New Britain police Officers Gregory Harkins and Brian Shea were dispatched to T.C.'s street. En route, the officers observed the defendant in the street wearing only boxer shorts and moccasins with what appeared to be blood covering his body. The officers ‘‘smelt an odor of alcoholic beverage emanating from his person'' and, when questioned, the defendant indicated that he had consumed three beers.

         The officers called for an ambulance, and the defendant was transported to the Hospital of Central Connecticut (hospital) for observation. Christopher Yergen, a physician, assessed and treated the defendant, and noted in his records the defendant's recollection of what happened earlier that morning. After further observation and assessment, the defendant was released the following day from the hospital to the custody of the New Britain Police Department.

         The defendant then was interviewed by Detective Michael Steele following a voluntary waiver of his Miranda rights. The defendant at that time stated that he recalled standing over the victim's bed then blacking out, seeing the victim bleeding and crying, and admitted that he struck her with a hammer but could not recall why he did it. The defendant also recalled having ‘‘words'' with the victim and believed that he was ‘‘physically hitting her but not mentally.''

         The defendant subsequently was charged with the attempted murder of T.C. and risk of injury to her child. The defendant elected to be tried by the court and raised the affirmative defense of mental disease or defect. At the conclusion of trial, the court found the defendant guilty, on both counts, beyond a reasonable doubt and that ‘‘the defendant has not sustained his burden of proof [by a] preponderance of the evidence for this [affirmative] defense . . . that he had a mental disease or defect . . . [and] as a result he lack[ed] a substantial capacity . . . to control his conduct within the requirements of [the] law.'' The court rendered judgment accordingly and sentenced the defendant to twenty-three years of incarceration followed by seven years of special parole. This appeal followed.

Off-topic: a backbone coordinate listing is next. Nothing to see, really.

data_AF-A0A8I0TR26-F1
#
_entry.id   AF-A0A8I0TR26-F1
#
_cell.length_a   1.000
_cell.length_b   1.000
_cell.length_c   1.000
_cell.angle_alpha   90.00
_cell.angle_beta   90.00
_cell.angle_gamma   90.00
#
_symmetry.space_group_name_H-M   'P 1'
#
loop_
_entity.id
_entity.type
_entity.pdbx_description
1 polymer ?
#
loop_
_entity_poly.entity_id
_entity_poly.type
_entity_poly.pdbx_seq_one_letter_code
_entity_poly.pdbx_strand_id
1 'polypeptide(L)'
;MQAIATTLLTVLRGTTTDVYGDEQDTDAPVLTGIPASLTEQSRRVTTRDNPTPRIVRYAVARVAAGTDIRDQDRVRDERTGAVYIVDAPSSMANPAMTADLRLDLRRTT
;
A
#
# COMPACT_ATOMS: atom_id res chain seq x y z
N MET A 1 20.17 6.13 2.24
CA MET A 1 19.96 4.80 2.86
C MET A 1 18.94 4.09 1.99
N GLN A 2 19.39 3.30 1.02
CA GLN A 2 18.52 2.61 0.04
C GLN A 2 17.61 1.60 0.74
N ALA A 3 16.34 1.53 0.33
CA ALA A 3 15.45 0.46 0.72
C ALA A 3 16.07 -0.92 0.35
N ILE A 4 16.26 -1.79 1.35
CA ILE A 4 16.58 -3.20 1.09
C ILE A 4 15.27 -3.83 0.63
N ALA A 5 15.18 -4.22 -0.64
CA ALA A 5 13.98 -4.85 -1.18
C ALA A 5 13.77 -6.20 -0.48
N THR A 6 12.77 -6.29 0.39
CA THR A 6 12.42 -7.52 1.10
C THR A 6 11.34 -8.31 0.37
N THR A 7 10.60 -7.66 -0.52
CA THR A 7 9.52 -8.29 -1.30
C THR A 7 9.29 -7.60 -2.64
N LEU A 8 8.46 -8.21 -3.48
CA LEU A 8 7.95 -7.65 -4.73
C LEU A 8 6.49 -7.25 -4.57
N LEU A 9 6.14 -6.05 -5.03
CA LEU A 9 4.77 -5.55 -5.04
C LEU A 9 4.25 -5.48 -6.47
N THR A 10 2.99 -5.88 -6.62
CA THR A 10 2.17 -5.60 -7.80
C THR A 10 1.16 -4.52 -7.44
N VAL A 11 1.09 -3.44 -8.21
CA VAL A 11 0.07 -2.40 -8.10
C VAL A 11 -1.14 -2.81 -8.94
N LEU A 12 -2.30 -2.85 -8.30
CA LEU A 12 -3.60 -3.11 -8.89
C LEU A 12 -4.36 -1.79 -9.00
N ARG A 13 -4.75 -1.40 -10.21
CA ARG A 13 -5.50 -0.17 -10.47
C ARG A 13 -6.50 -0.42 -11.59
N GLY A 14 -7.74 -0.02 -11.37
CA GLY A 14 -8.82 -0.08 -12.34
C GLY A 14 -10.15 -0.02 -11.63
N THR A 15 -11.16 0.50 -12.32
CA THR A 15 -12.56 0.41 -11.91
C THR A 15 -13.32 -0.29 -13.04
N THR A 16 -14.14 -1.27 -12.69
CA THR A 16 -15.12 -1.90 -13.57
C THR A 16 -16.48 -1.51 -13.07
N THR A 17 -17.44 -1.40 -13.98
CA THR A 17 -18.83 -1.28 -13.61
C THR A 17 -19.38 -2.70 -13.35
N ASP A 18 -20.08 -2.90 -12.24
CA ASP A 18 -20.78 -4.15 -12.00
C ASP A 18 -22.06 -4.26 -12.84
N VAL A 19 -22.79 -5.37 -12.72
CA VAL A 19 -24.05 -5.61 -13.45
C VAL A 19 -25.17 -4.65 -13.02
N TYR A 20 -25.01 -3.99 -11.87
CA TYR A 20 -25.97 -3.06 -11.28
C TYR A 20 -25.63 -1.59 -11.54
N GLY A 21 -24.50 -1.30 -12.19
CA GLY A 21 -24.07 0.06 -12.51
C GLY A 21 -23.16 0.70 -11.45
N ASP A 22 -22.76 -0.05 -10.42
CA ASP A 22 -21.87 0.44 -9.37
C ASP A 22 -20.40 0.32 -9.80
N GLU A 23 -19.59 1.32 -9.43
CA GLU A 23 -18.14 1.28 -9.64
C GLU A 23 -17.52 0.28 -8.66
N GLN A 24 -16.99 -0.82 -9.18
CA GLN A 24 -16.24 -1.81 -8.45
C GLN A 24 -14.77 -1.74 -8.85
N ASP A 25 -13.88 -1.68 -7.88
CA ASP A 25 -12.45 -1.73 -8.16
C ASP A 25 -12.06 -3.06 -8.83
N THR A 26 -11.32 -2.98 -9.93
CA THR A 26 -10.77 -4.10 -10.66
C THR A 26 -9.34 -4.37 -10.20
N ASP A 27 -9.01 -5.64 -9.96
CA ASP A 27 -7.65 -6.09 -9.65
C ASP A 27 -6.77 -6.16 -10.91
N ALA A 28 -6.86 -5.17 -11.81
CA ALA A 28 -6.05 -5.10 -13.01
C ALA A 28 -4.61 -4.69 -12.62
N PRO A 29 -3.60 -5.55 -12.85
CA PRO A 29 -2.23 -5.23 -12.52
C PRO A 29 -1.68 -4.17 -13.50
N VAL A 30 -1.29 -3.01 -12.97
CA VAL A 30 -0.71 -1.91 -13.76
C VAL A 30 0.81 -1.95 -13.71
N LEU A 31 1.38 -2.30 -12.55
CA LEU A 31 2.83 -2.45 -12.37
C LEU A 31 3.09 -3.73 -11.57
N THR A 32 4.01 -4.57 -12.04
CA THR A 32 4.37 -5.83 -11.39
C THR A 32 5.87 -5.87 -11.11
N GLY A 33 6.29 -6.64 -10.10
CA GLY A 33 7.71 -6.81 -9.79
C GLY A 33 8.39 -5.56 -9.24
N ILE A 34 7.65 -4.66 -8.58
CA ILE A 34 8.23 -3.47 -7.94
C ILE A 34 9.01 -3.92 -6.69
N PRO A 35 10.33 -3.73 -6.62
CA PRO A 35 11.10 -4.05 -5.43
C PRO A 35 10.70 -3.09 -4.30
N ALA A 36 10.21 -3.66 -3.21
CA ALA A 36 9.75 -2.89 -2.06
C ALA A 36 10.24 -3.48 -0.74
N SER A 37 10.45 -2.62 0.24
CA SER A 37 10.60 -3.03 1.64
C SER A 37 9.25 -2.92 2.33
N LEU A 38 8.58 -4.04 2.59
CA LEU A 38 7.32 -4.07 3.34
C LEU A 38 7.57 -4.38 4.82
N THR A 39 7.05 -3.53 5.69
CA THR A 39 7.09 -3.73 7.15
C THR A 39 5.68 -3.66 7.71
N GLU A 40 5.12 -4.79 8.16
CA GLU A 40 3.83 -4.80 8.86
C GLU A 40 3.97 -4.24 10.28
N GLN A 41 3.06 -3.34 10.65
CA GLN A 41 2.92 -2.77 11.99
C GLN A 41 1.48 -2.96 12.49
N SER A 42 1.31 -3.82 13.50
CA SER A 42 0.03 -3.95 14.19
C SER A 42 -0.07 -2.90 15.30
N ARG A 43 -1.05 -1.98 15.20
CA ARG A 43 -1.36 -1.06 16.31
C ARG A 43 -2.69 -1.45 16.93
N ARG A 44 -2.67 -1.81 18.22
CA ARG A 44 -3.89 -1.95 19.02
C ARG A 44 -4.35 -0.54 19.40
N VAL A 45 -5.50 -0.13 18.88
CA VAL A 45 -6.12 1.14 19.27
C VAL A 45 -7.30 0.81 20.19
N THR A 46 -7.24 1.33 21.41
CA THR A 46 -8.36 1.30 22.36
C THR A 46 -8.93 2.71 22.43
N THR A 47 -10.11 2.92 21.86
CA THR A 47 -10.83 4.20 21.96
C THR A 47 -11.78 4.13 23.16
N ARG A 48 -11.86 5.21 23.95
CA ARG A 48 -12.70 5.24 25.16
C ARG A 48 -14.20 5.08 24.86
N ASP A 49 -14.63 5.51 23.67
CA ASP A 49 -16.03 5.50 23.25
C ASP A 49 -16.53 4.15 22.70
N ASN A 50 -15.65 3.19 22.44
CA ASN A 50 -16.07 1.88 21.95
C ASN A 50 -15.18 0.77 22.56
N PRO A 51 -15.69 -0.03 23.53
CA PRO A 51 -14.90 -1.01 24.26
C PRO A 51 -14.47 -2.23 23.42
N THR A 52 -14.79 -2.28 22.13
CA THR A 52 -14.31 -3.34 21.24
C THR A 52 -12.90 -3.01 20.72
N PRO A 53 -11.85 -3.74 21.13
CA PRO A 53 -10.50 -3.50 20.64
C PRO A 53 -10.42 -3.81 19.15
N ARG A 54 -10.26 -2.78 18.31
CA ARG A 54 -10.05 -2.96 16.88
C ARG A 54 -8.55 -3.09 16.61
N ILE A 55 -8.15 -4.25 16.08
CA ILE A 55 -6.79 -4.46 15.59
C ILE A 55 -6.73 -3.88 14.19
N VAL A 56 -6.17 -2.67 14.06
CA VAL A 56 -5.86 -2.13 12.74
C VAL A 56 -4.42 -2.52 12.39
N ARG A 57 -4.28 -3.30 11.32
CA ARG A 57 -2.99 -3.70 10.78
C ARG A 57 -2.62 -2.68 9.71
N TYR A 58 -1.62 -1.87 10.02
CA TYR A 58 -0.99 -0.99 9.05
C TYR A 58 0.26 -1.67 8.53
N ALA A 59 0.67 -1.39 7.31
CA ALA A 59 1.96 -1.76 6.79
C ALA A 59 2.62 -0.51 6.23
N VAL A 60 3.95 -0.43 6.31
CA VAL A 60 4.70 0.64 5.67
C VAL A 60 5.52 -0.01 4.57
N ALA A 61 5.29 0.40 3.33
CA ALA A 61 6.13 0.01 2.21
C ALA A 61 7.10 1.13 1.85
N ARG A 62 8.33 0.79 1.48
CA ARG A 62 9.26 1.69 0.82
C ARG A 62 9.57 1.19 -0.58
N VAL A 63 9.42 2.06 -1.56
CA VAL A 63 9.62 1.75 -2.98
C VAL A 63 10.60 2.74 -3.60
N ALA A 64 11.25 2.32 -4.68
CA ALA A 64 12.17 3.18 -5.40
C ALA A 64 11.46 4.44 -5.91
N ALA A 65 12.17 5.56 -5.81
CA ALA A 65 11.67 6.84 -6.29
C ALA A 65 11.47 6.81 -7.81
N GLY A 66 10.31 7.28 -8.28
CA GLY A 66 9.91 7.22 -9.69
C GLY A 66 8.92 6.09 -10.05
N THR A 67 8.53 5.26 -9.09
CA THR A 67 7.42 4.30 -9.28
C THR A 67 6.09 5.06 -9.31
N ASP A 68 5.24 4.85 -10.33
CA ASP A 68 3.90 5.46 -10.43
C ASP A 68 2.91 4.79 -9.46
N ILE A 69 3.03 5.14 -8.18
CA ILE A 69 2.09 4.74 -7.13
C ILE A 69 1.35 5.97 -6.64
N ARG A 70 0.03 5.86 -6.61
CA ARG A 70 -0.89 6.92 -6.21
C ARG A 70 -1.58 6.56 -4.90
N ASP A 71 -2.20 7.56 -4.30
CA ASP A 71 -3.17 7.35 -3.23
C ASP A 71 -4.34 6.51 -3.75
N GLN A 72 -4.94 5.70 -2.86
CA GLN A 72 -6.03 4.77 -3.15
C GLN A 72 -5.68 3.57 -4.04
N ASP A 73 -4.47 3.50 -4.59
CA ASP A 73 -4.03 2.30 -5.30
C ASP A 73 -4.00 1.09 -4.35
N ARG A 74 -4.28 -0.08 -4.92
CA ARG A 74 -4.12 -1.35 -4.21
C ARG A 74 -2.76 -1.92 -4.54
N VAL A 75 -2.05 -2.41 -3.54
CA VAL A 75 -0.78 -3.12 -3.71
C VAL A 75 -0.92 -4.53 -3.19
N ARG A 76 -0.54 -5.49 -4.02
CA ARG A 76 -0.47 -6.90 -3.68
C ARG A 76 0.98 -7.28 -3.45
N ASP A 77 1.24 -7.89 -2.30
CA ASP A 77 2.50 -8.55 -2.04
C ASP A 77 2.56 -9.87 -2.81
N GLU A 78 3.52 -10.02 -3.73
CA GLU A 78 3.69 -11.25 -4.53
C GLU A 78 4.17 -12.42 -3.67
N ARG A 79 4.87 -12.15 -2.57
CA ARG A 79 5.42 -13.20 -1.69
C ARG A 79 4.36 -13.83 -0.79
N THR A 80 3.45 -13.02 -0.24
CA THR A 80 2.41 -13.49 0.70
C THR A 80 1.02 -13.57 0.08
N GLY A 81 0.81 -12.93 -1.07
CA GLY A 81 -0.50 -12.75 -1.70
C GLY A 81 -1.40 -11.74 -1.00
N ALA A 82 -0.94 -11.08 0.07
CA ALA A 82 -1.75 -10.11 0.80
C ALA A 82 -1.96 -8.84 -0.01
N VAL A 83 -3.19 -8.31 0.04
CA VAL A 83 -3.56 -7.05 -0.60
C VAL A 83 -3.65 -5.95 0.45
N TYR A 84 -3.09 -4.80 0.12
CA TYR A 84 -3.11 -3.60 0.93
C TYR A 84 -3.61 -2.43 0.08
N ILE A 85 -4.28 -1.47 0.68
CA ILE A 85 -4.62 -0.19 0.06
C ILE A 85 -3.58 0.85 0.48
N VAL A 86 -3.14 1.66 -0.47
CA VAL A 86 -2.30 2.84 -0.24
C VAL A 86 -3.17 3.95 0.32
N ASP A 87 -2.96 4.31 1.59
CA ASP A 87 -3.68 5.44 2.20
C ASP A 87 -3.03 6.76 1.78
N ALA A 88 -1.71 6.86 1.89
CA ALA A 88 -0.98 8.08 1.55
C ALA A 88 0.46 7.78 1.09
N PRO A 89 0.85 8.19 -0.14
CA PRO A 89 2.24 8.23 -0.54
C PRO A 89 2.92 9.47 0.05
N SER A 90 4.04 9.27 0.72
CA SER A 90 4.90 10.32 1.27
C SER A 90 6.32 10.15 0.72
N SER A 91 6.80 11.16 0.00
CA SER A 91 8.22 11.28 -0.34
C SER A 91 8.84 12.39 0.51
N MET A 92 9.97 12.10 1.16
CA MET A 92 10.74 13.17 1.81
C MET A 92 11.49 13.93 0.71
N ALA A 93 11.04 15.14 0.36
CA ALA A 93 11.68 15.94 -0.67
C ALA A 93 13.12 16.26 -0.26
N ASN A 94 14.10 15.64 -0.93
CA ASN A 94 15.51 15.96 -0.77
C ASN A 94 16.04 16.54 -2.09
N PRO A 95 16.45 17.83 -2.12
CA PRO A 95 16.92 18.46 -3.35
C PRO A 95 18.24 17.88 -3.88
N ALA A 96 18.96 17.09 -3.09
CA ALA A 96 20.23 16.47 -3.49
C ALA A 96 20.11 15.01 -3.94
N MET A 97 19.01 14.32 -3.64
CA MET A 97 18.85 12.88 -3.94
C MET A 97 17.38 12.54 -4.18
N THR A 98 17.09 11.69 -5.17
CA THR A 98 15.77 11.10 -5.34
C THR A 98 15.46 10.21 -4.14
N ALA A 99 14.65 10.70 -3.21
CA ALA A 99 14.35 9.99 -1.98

On appeal, the defendant claims that the court's rejection of the affirmative defense of mental disease or defect was not reasonably supported by the evidence. He argues that the court improperly disregarded undisputed witness testimony and rejected an expert witness' conclusion that the defendant lacked substantial capacity to conform his conduct within the law. We disagree.

         As an initial matter, we set forth our standard of review. ‘‘The evaluation of . . . evidence on the issue of legal insanity is [within] the province of the finder of fact . . . . We have repeatedly stated that our review of the conclusions of the trier of fact . . . is limited. . . . This court will construe the evidence in the light most favorable to sustaining the trial court's [judgment] and will affirm the conclusion of the trier of fact if it is reasonably supported by the evidence and the logical inferences drawn therefrom. . . . The probative force of direct and circumstantial evidence is the same. . . . The credibility of expert witnesses and the weight to be given to their testimony ...